Psoriasis is a chronic skin condition that causes itchy, dry and red skin. It affects nearly 3% of the world's population, and also increases a patient's risk for depression, heart disease and diabetes, among other conditions. People suffering from psoriasis may soon benefit from a drug that offers greater efficacy than the current standard of care, revealed phase II human trial. Nine-month treatment with the new drug was found to clear skin in more than 80% of psoriasis-affected patients.
First author Kenneth Gordon, professor of dermatology at Northwestern University in the US, said, "The possibility of getting almost all patients nearly clear and able to live their lives without the burden of this disease impacting them every day is getting close to reality. For patients, the concept that psoriasis is 'just something you live with' is no longer appropriate."
Researchers compared the new drug guselkumab to adalimumab, the most common medication currently used to treat psoriasis. In the trial, 293 adult patients with moderate-to-severe psoriasis (defined as covering 10% or more of the body) were randomly assigned to receive varying doses of one of the two drugs or a placebo over 52 weeks. At weeks 16 and 40, efficacy of both the drugs was measured on a scale of zero to five.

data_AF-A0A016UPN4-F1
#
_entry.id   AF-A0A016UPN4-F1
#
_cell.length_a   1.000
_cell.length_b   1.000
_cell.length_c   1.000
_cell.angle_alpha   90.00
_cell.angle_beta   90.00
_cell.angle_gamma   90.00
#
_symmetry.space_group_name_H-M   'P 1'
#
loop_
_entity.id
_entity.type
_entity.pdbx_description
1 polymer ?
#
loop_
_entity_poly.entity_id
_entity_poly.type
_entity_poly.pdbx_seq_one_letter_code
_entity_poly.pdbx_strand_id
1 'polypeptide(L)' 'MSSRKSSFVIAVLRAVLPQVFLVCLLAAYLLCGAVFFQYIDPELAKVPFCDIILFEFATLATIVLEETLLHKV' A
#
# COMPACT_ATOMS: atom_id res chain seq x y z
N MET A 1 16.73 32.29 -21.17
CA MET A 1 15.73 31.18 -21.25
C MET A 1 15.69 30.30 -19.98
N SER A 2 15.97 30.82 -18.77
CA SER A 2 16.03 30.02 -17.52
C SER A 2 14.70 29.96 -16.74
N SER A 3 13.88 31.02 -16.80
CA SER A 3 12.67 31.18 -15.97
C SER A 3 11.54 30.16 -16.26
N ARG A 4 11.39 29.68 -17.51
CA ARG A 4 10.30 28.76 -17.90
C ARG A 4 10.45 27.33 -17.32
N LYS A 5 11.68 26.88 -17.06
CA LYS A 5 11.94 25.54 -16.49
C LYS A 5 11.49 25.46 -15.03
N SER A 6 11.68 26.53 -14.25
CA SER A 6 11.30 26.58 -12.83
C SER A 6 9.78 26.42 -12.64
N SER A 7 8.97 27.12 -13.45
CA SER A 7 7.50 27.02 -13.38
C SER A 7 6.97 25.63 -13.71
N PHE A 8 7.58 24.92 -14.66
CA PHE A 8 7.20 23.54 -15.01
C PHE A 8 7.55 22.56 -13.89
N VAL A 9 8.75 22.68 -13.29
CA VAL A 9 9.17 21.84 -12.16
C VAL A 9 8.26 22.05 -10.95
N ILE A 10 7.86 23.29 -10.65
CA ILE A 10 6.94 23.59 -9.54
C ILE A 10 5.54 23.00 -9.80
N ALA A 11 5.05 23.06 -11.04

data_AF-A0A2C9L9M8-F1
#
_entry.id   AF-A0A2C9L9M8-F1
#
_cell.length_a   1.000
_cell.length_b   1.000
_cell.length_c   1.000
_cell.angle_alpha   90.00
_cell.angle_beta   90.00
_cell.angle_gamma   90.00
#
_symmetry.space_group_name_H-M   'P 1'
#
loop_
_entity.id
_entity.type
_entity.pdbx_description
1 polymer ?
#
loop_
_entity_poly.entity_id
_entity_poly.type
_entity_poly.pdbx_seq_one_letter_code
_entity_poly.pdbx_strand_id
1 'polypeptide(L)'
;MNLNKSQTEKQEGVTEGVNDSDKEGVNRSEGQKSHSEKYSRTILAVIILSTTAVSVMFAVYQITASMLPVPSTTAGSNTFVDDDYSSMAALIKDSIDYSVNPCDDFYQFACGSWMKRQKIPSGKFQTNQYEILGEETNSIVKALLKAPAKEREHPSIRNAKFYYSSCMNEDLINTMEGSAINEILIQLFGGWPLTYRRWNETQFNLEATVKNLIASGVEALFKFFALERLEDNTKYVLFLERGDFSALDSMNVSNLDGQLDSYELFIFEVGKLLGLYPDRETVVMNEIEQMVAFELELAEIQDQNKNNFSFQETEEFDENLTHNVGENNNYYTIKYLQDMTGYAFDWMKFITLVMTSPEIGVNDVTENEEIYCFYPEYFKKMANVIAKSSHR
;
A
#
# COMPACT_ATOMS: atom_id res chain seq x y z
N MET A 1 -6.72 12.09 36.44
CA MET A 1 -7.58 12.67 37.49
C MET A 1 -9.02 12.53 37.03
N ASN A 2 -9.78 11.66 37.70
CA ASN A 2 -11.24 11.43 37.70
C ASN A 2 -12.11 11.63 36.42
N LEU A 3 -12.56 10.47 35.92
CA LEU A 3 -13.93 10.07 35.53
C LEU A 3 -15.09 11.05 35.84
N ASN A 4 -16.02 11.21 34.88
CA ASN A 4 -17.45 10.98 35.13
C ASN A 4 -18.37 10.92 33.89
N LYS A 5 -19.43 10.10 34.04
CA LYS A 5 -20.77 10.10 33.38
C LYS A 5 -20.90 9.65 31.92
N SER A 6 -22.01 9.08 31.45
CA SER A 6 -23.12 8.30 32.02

A significantly higher number of patients in the guselkumab group had a score of zero (cleared psoriasis) or one (minimal psoriasis) in both the short and long term periods compared to the adalimumab and placebo groups. At week 40, for example, 81% of patients taking a 200-mg dose of guselkumab had a score of zero or one, compared to 49% of patients taking adalimumab. The study said, "The drug works by blocking a protein specifically implicated in psoriasis, called interluekin 23; older drugs affect the immune process more generally."
An ongoing phase III trial is continuing to test the safety and efficacy of guselkumab as a potential psoriasis treatment.
The study is published in the New England Journal of Medicine